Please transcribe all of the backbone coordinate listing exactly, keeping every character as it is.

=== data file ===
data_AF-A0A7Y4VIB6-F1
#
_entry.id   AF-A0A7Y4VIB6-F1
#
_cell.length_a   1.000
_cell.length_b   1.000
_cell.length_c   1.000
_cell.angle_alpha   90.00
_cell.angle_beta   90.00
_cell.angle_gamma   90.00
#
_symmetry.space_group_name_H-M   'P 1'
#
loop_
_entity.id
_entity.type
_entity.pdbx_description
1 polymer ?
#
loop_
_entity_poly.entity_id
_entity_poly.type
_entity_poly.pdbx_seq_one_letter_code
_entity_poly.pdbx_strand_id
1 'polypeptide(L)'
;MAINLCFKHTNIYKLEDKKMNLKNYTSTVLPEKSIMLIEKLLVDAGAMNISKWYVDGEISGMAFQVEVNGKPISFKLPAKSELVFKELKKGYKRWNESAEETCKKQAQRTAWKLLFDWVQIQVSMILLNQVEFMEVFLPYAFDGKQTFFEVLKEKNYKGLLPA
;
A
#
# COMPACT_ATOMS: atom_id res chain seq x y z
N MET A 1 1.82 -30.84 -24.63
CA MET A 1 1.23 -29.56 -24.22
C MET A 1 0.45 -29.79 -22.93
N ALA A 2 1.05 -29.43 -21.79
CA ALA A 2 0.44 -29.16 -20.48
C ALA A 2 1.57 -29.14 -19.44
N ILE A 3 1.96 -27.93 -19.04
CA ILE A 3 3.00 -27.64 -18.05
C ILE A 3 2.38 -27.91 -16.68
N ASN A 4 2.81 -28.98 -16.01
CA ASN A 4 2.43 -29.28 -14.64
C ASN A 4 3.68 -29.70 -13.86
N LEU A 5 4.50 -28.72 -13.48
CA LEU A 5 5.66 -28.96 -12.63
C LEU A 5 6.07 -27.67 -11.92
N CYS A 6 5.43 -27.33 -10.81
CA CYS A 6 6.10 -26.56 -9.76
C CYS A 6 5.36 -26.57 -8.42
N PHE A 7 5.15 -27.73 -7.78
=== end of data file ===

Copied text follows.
data_AF-A0A7Y4VIB6-F1
#
_entry.id   AF-A0A7Y4VIB6-F1
#
_cell.length_a   1.000
_cell.length_b   1.000
_cell.length_c   1.000
_cell.angle_alpha   90.00
_cell.angle_beta   90.00
_cell.angle_gamma   90.00
#
_symmetry.space_group_name_H-M   'P 1'
#
loop_
_entity.id
_entity.type
_entity.pdbx_description
1 polymer ?
#
loop_
_entity_poly.entity_id
_entity_poly.type
_entity_poly.pdbx_seq_one_letter_code
_entity_poly.pdbx_strand_id
1 'polypeptide(L)'
;MAINLCFKHTNIYKLEDKKMNLKNYTSTVLPEKSIMLIEKLLVDAGAMNISKWYVDGEISGMAFQVEVNGKPISFKLPAKSELVFKELKKGYKRWNESAEETCKKQAQRTAWKLLFDWVQIQVSMILLNQVEFMEVFLPYAFDGKQTFFEVLKEKNYKGLLPA
;
A
#
# COMPACT_ATOMS: atom_id res chain seq x y z
N MET A 1 1.82 -30.84 -24.63
CA MET A 1 1.23 -29.56 -24.22
C MET A 1 0.45 -29.79 -22.93
N ALA A 2 1.05 -29.43 -21.79
CA ALA A 2 0.44 -29.16 -20.48
C ALA A 2 1.57 -29.14 -19.44
N ILE A 3 1.96 -27.93 -19.04
CA ILE A 3 3.00 -27.64 -18.05
C ILE A 3 2.38 -27.91 -16.68
N ASN A 4 2.81 -28.98 -16.01
CA ASN A 4 2.43 -29.28 -14.64
C ASN A 4 3.68 -29.70 -13.86
N LEU A 5 4.50 -28.72 -13.48
CA LEU A 5 5.66 -28.96 -12.63
C LEU A 5 6.07 -27.67 -11.92
N CYS A 6 5.43 -27.33 -10.81
CA CYS A 6 6.10 -26.56 -9.76
C CYS A 6 5.36 -26.57 -8.42
N PHE A 7 5.15 -27.73 -7.78